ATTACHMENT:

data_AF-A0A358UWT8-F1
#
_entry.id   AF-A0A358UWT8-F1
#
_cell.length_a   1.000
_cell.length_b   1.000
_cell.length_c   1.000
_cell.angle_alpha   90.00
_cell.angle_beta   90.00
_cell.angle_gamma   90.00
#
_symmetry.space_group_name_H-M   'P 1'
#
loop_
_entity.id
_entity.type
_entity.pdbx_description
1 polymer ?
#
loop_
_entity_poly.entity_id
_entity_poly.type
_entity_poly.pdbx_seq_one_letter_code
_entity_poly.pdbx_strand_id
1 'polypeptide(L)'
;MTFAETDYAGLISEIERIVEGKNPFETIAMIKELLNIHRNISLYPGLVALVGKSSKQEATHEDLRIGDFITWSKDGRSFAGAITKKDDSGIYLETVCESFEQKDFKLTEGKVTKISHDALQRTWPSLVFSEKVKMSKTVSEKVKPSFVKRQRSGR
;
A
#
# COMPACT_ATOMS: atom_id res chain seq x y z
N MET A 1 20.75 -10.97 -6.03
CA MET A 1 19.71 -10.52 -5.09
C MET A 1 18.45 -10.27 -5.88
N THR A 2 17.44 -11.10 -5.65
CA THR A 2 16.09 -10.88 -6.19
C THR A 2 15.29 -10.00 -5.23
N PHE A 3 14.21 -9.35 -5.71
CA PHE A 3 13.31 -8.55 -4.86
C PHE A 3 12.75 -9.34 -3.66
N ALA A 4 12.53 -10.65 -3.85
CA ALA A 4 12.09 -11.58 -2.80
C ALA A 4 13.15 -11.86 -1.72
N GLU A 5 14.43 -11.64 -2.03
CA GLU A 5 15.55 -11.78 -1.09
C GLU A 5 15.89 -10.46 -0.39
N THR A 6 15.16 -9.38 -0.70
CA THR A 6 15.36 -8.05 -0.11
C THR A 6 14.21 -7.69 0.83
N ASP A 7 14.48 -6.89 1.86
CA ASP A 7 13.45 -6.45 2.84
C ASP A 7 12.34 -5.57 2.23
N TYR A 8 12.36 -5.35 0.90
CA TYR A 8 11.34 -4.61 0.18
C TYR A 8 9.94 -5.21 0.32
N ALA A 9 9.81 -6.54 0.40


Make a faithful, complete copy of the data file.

data_AF-A0A358UWT8-F1
#
_entry.id   AF-A0A358UWT8-F1
#
_cell.length_a   1.000
_cell.length_b   1.000
_cell.length_c   1.000
_cell.angle_alpha   90.00
_cell.angle_beta   90.00
_cell.angle_gamma   90.00
#
_symmetry.space_group_name_H-M   'P 1'
#
loop_
_entity.id
_entity.type
_entity.pdbx_description
1 polymer ?
#
loop_
_entity_poly.entity_id
_entity_poly.type
_entity_poly.pdbx_seq_one_letter_code
_entity_poly.pdbx_strand_id
1 'polypeptide(L)'
;MTFAETDYAGLISEIERIVEGKNPFETIAMIKELLNIHRNISLYPGLVALVGKSSKQEATHEDLRIGDFITWSKDGRSFAGAITKKDDSGIYLETVCESFEQKDFKLTEGKVTKISHDALQRTWPSLVFSEKVKMSKTVSEKVKPSFVKRQRSGR
;
A
#
# COMPACT_ATOMS: atom_id res chain seq x y z
N MET A 1 20.75 -10.97 -6.03
CA MET A 1 19.71 -10.52 -5.09
C MET A 1 18.45 -10.27 -5.88
N THR A 2 17.44 -11.10 -5.65
CA THR A 2 16.09 -10.88 -6.19
C THR A 2 15.29 -10.00 -5.23
N PHE A 3 14.21 -9.35 -5.71
CA PHE A 3 13.31 -8.55 -4.86
C PHE A 3 12.75 -9.34 -3.66
N ALA A 4 12.53 -10.65 -3.85
CA ALA A 4 12.09 -11.58 -2.80
C ALA A 4 13.15 -11.86 -1.72
N GLU A 5 14.43 -11.64 -2.03
CA GLU A 5 15.55 -11.78 -1.09
C GLU A 5 15.89 -10.46 -0.39
N THR A 6 15.16 -9.38 -0.70
CA THR A 6 15.36 -8.05 -0.11
C THR A 6 14.21 -7.69 0.83
N ASP A 7 14.48 -6.89 1.86
CA ASP A 7 13.45 -6.45 2.84
C ASP A 7 12.34 -5.57 2.23
N TYR A 8 12.36 -5.35 0.90
CA TYR A 8 11.34 -4.61 0.18
C TYR A 8 9.94 -5.21 0.32
N ALA A 9 9.81 -6.54 0.40